New West Virginia environmental coalition publishes ‘A Citizen’s Guide to Climate Change’

BUCKHANNON – A West Virginia field organizer for the Mom’s Clean Air Force recently shared information about a new alliance that has formed around climate action in West Virginia.

Leah Barbor said the West Virginia Climate Alliance is an environmental, civil rights and faith-based coalition, and the mission of the young-adults organization is to work together to provide science-based education on climate change in West Virginia to the residents and policymakers.

“We seek to advance climate solutions that reduce greenhouse gas emissions while assuring that all West Virginians, especially low-income and communities of color, have adequate resources to transition to a low-carbon economy,” Barbor said.

She said a recently released publication called “A Citizen’s Guide to Climate Change,” authored by the West Virginia Climate Change Alliance, explains the science behind the causes of climate change and its impacts, as well as potential solutions. Barbor said the publication was written by West Virginians for West Virginians.

“The Alliance is really growing, and it is exciting,” Barbor said. “It makes me feel excited for what this means for West Virginia.”

Barbor said the alliance produced the publication to keep the conversation on climate change going.

“Basically, the publication is a science-based public education tool for citizens and policy makers. One of the main purposes of the alliance is to seek to advance climate solutions that are reducing greenhouse gas emissions. What we laid out in the guide are causes and the local impacts as well as global issues resulting from those emissions,” she said. “It also has some potential solutions.”

Barbor said the alliance is not endorsing anything particular.

“But we have a shared vision for climate action,” she said. “What that contains is three pillars of reform that we want to see included in future policies in order to achieve what we believe will be meaningful climate action. Those are climate justice, a just transition and reduction in greenhouse gases.”

Barbor said those pillars were a no-brainer for her.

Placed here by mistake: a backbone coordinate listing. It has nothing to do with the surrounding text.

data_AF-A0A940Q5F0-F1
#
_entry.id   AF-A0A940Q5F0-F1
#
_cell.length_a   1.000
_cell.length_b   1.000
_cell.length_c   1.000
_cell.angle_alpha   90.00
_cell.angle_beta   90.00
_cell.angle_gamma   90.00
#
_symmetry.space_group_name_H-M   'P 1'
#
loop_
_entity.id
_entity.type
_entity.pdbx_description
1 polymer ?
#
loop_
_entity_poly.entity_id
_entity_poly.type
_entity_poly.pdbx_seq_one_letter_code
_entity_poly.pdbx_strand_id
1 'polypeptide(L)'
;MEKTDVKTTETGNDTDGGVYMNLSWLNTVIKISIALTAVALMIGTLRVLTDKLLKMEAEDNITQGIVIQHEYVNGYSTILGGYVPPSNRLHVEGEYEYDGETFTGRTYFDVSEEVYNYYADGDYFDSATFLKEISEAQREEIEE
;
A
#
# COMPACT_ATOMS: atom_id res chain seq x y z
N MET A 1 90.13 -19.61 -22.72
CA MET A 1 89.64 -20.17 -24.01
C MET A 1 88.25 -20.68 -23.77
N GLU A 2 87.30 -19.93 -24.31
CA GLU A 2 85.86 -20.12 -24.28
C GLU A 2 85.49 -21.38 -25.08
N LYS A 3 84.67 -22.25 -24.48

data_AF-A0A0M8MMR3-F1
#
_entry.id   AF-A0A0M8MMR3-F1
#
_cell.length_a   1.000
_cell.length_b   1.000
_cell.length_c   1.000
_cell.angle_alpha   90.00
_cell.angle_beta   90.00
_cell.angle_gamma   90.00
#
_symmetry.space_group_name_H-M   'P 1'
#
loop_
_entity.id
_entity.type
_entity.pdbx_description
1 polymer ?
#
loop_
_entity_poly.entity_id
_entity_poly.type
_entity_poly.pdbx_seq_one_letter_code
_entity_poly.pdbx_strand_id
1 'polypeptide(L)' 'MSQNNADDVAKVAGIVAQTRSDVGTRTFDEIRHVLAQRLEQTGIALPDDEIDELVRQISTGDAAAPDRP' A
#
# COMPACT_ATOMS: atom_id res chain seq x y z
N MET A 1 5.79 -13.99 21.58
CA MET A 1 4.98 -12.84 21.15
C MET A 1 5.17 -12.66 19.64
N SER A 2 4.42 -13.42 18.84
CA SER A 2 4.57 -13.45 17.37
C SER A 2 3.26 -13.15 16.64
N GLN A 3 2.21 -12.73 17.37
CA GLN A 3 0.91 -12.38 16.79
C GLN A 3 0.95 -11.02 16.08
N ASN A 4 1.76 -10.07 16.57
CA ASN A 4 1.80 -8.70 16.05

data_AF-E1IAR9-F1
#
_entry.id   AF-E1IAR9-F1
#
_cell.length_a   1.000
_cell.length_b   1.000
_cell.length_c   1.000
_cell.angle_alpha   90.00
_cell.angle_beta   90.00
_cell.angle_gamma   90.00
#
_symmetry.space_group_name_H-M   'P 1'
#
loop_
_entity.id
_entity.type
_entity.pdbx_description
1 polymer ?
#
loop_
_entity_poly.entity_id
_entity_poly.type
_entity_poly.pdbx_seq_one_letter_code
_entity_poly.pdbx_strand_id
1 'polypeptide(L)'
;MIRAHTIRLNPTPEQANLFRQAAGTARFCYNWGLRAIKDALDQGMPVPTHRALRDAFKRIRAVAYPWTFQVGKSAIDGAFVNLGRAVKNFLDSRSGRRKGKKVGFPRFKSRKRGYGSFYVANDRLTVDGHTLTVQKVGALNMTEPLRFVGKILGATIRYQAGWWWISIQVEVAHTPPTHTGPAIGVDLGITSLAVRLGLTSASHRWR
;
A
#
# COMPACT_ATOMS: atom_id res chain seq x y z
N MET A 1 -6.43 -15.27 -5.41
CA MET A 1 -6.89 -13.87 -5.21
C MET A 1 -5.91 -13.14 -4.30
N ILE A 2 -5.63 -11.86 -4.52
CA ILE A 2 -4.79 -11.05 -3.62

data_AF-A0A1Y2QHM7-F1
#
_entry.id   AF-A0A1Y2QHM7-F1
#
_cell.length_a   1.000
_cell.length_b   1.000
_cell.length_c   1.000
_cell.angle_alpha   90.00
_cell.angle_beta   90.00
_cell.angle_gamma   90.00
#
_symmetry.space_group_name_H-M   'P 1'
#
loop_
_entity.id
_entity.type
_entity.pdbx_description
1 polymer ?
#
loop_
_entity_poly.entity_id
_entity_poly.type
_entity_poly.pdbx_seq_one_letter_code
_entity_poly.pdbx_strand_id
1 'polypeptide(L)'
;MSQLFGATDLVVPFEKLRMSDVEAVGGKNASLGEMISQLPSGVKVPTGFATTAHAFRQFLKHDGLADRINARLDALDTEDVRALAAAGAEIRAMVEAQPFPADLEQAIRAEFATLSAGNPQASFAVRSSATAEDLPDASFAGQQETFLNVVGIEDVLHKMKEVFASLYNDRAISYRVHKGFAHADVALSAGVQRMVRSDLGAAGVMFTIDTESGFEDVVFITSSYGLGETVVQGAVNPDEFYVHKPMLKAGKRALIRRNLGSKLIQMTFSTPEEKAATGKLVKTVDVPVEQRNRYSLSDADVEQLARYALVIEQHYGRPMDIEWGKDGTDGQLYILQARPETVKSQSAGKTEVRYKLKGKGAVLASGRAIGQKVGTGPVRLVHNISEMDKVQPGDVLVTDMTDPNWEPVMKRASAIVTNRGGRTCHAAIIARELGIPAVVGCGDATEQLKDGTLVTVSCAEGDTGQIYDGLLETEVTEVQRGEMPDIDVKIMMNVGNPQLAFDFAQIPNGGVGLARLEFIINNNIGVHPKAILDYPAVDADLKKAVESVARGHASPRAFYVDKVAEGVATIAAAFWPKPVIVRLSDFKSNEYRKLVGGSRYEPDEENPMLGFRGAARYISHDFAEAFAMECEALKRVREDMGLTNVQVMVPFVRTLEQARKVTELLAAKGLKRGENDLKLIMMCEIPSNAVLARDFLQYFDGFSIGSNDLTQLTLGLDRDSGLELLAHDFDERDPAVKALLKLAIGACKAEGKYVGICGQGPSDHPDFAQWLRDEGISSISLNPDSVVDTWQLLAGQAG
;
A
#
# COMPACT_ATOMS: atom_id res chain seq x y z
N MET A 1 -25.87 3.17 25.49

“These pillars align pretty seamlessly with our work at the Mom’s Clean Air Force,” Barbor said. “As parents, we care deeply about climate change and air pollution. One thing we really focus on is justice in every breath – recognizing the importance of equitable solutions in adjusting air pollution and climate change. We need to ensure the needs of low-income communities and communities of color are protected from further inequality as it relates to environmental health.”

She said they want to make sure individuals in these communities have their environmental needs met, that they have a voice in how climate change is met, ensure they do not pay a disproportional cost for addressing climate change.

“Here in West Virginia the ‘just transition piece’ is really important as we move to a low carbon community. We really want to see that no West Virginians are left behind as we move to a low-carbon community. We want to make sure there are quality job retraining opportunities, that people’s health insurance and pensions are secured because those matter to families,” Barbor said.

Barbor said the West Virginia Climate Alliance is an informal collective of groups in West Virginia who have a shared vision for climate action.

“We all recognize there is a need for climate justice, a just transition and a significant reduction in greenhouse gas emissions. As an alliance, we are in favor of supporting policies and future legislation that include these three pillars and address them in a meaningful way.”

The West Virginia Climate Alliance includes the American Friends Service Committee, the Center for Energy and Sustainable Development, Citizens Climate Lobby West Virginia, League of Women Voters of West Virginia, Christians for the Mountains, Mom’s Clean Air Force-West Virginia, Ohio Valley Environmental Coalition, Sierra Club of West Virginia, West Virginia Center on Budget and Policy, West Virginia Citizen Action Education Fund, Wet Virginia Interfaith Power and Light and the West Virginia Rivers Coalition.

People who would like to help or learn more about the West Virginia Climate Alliance can contact Perry Bryant at To view A Citizen’s Guide to Climate Change, go to

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